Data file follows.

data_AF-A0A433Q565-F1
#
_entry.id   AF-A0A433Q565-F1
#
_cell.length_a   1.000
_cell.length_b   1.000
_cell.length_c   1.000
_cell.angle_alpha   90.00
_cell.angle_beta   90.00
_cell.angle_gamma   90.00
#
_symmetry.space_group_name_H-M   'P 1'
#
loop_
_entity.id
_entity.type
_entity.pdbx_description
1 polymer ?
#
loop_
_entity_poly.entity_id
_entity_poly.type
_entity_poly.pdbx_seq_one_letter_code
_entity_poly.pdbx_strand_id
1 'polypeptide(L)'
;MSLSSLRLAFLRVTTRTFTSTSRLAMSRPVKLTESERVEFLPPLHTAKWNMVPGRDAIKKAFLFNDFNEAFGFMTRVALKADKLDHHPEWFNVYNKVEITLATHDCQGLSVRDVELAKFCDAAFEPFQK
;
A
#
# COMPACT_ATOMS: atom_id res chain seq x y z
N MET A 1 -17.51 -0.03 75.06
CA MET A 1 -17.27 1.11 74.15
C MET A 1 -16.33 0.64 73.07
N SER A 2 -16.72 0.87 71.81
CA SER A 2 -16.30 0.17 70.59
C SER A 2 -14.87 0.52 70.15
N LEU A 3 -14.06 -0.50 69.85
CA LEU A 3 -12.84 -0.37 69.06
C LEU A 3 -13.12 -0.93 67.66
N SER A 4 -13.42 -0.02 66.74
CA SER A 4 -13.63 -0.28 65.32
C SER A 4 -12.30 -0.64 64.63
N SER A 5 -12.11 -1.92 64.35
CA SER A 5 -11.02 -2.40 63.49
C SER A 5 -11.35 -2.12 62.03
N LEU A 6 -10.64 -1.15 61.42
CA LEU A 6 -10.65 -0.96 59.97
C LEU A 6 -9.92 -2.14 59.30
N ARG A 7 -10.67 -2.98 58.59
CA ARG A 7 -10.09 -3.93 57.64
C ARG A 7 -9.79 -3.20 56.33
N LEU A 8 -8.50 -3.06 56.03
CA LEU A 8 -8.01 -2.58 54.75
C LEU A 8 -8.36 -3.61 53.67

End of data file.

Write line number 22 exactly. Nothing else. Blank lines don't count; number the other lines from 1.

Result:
_entity_poly.type